Things to consider before you shack up

Written by | Sex & Relationships

Maksym Poriechkin / Shutterstock

Maksym Poriechkin / Shutterstock

When you move in with your S.O. you may want to consider how your relationship will change. But if it’s True Love you figure things will just work out for the best, which is funny because nothing else works like that. Quitting your job to get a higher degree? “Gee, I hope this works out without thinking about it too much!” Buying a fixer upper house? “With enough love things will work out!” Yeah. No.

Really liking each other and being committed to working through conflict are important factors in whether moving in with your S.O. will be successful. But there are other important, unsexy things to think about.

Revealing your worst habits (and theirs)

Your annoying habits do not annoy you. Whether it’s the way you treat the floor like a clothes hanger or sink like a toilet, these habits meld into your idea of normal. This is true of even horrible habits, like always paying bills late or touching people’s faces after handling raw chicken. The same goes for your S.O.

In the beginning of your relationship both of you pretended that you’re neat freaks who never fart, but that veil will be lifted, revealing the exasperating truth that even someone you love can be super gross and annoying.

You need to consider if you’re okay with some of that honeymoon period ending. You need to think about what habits you and your S.O. will put the effort into changing and what will probably always stay the same. As depressing as it is, are any of these things deal breakers for you?

Planning to be alone

Unlike a regular roommate, you can’t tell your S.O. to get the hell out of your room or not to touch any of your stuff. Your room and your stuff are shared now. There are cases when you may need separate bedrooms, but if you can’t handle sharing a lot, moving in together is going to suck.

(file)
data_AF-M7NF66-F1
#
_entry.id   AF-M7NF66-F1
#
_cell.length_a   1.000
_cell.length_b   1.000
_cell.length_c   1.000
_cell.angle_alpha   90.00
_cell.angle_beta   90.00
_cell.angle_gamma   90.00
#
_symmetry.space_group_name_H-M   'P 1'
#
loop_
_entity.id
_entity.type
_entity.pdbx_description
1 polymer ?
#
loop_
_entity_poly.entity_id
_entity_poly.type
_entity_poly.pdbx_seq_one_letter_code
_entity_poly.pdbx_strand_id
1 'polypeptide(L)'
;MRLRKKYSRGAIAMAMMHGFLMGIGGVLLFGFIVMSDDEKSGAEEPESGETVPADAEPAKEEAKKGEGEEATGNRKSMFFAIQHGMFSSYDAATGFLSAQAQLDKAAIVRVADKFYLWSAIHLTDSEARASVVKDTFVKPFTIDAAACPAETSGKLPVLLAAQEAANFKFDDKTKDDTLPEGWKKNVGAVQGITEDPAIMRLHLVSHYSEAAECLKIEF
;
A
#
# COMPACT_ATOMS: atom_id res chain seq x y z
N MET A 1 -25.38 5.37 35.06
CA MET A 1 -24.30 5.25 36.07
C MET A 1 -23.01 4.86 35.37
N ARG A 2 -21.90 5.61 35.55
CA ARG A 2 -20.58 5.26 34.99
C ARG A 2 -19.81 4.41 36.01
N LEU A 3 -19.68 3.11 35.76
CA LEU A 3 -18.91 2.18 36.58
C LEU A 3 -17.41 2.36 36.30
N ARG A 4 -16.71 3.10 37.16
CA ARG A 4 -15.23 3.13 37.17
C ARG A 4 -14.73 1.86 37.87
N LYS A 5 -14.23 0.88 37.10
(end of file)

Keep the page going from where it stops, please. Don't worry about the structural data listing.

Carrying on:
That’s not to say that private space or alone time vanish forever, but you need to plan for them. Communicate those needs before you and your S.O. shack up. Is there a room that can be your office/creative space? Are you okay just going to the nearest coffee shop if need be? Does your S.O. also need these things?

Talk about concrete stuff like, “I usually need 30 minutes to decompress after work, so I may take some time at the gym to get that,” instead of saying something like, “I know you’ll smother me, but I need my space. K?” If someone starts freaking out about even having this conversation, it’s a good sign not to move in together.

More consideration, less assholery

When you’re by yourself you can be a jerk and no one cares. But once someone else has to pick up after you or endure your stress-related outbursts, your assholery is making someone’s life worse. I’m not saying you need to become a saint, but unless you feel like fighting a lot, the percentage of time you need to be considerate in large and small ways goes way up.

This is going to be a trial and error situation. It’ll take time for both of you to adjust and figure out each other’s priorities. (E.g. you may care more about cleanliness and your S.O. may care more about regular dinner times.) You may fight about it a little. The key here is that your mutual goal is living together happily, not being right or in complete control.

Now, if one of you thinks the other should meekly take all the bullshit forever, that’s a sign not to move in together, and maybe even break up.

Proper Adulting

This is the unsexiest thing about moving in together, but getting this stuff down will make everything else easier.

You need to update your property insurance to reflect your new living situation.

You need to determine who will be responsible for utilities, cable/internet, streaming services, rent/condo fees/property tax, groceries, how much they usually are, and if anything needs to be changed or updated.

You need to outline who will handle the cooking, cleaning, laundry, home maintenance, yard work, pet care and/or childcare, how much time and money it should take, and if hiring some outside help is possible.

There are various ways of hashing these responsibilities out, like taking turns, figuring out who’s best able to manage what, or even a sticker chart. But if you decide to wait and see how things go, someone’s going to be pissed off with good reason.

It’s also not okay to say, “I’ll just take care of my own stuff.” That doesn’t mean anything. What are you going to do? Vacuum half of each room?

When you decide to shack up, you’ve also decided to rely on and take care of each other. This is part of why it can be scary AF, but also kind of nice.

Last modified: October 3, 2016